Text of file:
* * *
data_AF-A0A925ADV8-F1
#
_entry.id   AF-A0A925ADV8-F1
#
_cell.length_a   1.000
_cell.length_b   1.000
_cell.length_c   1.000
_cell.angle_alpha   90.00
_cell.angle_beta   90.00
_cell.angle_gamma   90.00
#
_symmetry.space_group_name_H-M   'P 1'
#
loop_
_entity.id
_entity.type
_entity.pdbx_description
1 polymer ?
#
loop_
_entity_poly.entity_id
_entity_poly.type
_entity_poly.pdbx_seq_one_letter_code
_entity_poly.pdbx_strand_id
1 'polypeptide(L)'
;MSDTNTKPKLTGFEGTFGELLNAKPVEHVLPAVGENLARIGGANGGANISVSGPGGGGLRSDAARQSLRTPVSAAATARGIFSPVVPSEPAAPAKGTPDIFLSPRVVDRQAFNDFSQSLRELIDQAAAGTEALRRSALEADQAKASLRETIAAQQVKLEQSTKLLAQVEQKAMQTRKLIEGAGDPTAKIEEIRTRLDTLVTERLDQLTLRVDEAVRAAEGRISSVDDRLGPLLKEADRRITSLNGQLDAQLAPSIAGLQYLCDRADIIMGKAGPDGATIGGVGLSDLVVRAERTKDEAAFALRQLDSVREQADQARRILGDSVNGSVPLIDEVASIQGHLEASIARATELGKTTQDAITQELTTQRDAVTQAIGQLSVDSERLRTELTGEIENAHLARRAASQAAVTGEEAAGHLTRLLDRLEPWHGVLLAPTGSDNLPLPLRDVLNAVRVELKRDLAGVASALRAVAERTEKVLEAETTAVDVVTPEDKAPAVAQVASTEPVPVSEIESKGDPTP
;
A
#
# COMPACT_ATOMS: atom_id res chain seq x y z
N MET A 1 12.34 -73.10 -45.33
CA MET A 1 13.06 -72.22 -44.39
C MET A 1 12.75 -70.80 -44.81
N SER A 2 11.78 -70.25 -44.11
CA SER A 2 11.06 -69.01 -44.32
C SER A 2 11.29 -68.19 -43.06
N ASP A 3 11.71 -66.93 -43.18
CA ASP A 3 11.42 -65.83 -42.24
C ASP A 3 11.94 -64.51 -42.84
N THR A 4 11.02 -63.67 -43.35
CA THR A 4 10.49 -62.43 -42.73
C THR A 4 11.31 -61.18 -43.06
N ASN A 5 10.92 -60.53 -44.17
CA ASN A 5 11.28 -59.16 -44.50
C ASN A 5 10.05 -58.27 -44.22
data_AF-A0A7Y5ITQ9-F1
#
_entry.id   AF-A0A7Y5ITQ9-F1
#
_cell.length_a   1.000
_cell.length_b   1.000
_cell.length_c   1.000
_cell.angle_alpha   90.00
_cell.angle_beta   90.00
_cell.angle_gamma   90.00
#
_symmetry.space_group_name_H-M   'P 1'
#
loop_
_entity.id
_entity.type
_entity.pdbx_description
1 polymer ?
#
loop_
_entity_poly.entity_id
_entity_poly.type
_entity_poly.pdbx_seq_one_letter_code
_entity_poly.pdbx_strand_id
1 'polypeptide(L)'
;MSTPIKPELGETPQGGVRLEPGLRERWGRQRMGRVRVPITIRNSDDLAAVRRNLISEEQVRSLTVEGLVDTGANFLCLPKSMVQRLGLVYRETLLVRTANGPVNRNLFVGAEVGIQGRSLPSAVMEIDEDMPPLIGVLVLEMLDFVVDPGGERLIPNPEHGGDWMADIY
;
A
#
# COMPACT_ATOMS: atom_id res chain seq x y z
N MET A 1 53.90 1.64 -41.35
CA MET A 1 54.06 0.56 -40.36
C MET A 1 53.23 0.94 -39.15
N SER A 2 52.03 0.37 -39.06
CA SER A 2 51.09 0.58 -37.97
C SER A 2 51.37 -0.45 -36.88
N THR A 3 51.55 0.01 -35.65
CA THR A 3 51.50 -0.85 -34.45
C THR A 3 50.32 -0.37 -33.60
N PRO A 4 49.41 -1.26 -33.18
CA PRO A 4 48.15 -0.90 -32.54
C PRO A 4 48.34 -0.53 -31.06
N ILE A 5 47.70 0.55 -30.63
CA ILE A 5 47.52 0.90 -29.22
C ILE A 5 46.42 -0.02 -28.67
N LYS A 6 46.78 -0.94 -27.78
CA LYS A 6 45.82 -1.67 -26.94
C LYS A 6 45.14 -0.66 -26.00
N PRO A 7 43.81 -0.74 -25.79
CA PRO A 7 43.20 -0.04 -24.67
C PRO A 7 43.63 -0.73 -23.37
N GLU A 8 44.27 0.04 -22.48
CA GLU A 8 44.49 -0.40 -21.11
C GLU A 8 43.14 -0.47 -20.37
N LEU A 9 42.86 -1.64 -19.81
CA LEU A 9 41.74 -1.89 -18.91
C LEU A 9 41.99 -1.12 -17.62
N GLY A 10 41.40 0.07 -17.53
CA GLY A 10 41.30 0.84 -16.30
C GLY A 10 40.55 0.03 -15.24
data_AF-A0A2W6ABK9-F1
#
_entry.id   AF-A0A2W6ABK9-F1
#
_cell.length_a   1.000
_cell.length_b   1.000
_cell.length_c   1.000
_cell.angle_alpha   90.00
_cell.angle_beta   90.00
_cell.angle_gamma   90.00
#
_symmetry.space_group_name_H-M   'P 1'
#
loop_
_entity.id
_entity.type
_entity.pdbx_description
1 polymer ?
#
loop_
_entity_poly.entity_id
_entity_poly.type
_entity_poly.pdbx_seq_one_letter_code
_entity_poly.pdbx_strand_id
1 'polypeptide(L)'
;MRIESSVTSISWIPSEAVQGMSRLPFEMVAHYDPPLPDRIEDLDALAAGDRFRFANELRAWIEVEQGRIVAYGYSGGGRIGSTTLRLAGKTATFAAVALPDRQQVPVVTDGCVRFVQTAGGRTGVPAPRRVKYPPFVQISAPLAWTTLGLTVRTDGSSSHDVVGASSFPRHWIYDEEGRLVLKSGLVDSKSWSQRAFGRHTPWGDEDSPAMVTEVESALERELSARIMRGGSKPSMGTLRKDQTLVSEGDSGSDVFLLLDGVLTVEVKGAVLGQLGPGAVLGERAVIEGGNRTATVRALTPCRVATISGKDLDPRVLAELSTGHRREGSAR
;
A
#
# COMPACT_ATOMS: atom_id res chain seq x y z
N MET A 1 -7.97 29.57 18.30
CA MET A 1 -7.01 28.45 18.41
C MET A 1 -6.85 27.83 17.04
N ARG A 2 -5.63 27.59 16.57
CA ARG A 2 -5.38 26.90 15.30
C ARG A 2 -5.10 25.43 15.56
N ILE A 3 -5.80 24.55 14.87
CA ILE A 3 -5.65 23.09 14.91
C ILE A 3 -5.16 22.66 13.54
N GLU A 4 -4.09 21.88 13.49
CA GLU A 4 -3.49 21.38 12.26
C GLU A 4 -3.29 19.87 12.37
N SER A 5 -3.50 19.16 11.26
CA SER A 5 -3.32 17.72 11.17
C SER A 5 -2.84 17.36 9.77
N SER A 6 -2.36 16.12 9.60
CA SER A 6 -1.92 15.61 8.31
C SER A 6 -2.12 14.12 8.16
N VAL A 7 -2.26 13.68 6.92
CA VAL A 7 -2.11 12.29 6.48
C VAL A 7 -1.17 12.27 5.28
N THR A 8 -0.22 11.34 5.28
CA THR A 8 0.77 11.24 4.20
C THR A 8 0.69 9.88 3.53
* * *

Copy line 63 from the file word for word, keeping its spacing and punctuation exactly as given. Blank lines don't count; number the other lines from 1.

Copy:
1 polymer ?